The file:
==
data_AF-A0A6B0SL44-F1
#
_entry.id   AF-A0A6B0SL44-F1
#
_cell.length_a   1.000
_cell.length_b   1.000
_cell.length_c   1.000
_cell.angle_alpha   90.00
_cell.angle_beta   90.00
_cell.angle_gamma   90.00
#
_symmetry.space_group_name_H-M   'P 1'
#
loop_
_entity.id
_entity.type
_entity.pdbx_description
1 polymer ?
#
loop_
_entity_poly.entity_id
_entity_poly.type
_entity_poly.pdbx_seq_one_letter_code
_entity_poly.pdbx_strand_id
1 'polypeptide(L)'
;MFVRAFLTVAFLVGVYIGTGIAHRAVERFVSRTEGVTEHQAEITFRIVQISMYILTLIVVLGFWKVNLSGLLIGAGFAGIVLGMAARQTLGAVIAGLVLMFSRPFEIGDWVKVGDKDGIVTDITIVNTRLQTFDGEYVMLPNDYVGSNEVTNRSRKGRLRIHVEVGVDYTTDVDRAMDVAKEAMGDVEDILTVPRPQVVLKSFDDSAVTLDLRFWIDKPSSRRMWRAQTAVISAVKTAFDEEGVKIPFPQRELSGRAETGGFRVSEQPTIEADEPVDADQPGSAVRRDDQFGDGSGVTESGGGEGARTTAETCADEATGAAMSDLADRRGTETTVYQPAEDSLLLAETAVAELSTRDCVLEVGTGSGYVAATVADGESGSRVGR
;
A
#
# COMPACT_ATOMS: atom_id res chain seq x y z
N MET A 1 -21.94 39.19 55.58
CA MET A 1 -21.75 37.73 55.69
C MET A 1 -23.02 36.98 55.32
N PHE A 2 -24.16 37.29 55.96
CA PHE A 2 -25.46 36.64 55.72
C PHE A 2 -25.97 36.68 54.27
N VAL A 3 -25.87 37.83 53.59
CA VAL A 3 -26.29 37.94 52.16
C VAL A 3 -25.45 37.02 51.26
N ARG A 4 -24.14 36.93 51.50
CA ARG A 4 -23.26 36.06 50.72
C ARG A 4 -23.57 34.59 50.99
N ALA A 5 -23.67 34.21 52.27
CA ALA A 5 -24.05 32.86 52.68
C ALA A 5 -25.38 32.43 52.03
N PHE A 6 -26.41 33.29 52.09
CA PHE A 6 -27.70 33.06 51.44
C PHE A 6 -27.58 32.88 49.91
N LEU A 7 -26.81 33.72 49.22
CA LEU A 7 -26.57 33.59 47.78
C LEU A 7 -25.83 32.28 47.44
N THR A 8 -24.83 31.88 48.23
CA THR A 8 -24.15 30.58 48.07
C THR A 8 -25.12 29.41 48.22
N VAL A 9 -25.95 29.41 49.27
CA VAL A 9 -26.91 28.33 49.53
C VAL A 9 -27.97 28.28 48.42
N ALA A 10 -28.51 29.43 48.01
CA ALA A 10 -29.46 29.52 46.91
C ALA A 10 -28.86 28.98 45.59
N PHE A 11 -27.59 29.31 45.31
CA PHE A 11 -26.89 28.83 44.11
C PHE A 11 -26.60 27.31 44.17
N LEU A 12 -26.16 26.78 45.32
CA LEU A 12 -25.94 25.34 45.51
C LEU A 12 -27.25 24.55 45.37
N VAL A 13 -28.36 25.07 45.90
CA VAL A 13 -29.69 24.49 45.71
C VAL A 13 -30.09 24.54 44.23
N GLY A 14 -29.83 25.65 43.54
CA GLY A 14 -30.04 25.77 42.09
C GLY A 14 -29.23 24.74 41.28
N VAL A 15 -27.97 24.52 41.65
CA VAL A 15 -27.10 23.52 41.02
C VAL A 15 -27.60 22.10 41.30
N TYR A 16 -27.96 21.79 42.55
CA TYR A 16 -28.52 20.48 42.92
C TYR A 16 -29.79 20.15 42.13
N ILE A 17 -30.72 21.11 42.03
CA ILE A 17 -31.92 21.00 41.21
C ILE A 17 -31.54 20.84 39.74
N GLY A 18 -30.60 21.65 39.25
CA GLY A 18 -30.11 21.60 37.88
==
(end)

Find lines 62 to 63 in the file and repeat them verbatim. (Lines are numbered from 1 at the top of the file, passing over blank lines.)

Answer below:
CA PHE A 11 -26.89 28.83 44.11
C PHE A 11 -26.60 27.31 44.17